The Cambridge History of English and American Literature in 18 Volumes (1907–21).
VOLUME XV. Colonial and Revolutionary Literature; Early National Literature, Part I.
§ 20. Gothic Melodrama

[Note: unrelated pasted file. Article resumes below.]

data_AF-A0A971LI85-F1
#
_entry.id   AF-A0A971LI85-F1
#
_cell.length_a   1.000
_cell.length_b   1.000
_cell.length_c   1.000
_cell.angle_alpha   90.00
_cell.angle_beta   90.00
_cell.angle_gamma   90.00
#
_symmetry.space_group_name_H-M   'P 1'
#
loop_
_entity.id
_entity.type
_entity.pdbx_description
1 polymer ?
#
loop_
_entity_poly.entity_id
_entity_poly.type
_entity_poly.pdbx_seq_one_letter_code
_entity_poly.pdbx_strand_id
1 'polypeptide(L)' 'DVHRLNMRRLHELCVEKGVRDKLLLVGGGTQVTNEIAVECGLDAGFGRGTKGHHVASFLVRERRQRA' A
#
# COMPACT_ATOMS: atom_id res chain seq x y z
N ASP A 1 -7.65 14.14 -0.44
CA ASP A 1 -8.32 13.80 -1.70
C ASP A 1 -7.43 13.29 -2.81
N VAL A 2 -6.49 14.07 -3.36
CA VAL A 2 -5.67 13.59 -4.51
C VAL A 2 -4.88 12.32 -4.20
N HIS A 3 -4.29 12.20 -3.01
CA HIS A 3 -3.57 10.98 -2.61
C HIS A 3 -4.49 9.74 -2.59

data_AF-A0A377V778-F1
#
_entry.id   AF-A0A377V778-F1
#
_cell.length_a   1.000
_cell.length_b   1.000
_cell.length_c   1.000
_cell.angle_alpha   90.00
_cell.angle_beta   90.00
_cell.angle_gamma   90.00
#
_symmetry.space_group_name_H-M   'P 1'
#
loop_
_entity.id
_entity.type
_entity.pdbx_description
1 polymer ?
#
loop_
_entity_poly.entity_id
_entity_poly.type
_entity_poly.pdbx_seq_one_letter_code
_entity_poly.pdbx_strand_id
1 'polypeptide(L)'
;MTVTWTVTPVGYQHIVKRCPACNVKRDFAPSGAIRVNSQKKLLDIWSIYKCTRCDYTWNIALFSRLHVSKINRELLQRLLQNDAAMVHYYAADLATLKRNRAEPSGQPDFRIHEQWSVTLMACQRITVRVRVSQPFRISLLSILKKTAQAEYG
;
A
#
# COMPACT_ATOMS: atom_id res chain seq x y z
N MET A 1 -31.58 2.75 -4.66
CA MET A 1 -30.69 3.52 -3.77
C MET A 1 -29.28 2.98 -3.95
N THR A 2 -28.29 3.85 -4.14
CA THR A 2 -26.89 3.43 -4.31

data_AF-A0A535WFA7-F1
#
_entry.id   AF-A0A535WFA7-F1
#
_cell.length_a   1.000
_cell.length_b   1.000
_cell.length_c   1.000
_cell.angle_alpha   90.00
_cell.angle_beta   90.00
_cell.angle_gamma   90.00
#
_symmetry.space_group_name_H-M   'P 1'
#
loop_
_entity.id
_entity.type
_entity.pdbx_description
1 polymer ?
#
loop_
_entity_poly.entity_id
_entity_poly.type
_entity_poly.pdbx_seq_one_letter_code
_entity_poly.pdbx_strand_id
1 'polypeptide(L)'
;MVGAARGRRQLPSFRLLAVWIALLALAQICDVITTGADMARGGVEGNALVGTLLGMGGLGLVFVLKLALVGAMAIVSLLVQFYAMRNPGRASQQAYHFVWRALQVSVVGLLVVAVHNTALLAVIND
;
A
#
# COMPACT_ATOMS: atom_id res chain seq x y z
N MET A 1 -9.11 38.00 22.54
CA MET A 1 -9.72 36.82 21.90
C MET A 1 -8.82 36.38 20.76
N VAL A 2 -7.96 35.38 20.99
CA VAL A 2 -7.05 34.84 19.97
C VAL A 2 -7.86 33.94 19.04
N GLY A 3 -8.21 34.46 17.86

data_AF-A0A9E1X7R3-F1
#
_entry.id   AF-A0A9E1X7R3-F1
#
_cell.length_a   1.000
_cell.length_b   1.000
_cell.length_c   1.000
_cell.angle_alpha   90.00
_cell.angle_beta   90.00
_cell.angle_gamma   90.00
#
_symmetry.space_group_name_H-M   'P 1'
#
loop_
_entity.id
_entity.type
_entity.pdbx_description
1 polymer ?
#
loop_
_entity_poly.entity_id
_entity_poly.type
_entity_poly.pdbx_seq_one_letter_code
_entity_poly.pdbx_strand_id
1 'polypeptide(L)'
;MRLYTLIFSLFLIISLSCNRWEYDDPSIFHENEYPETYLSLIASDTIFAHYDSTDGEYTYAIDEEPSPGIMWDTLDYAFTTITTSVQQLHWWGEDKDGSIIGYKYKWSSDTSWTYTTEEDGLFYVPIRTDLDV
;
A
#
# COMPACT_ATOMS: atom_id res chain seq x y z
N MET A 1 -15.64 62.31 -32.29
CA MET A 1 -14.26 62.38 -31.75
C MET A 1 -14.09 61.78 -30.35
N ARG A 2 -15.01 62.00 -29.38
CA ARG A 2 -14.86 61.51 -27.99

The Gothic melodrama, illustrated by Dunlap’s Fontainville Abbey, played in 1795, or his Abaellino, performed in 1801, was popular and in it he had a number of followers, some of whom, like S. B. Judah, in his Rose of Aragon, played in 1822, preserved the original meaning of the word Gothic. More interesting, if not more artistic, was the melodrama that dealt with contemporary events, such as Woodworth’s Lafayette or The Castle of Olmutz, played in 1824, the year of Lafayette’s visit to this country. Dunlap’s importation of the domestic drama of Kotzebue had also its effect. Some of the dramas of this class, notably Noah’s Wandering Boys, played first in Charleston in 1812 under the title of Paul and Alexis, were vastly popular. Most important in this class was the genesis of Rip Van Winkle. As early as 26 May, 1828, Thomas Flynn seems to have played a version of Rip Van Winkle in Albany. It was written by an native of Albany In October, 1829, there was produced in Philadelphia a version written in whole or part by John Kerr, in which W. Chapman and later J. H. Hackett played Rip Van Winkle and “J. Jefferson” played Knickerbocker. This version was very popular and was afterward played in New York. A Later play by Charles Burke is an adaptation of this one, with certain changes, notably the preservation of Dame Van Winkle, and the final version of Boucicault and Joseph Jefferson the younger is a development in its turn from Burke’s play.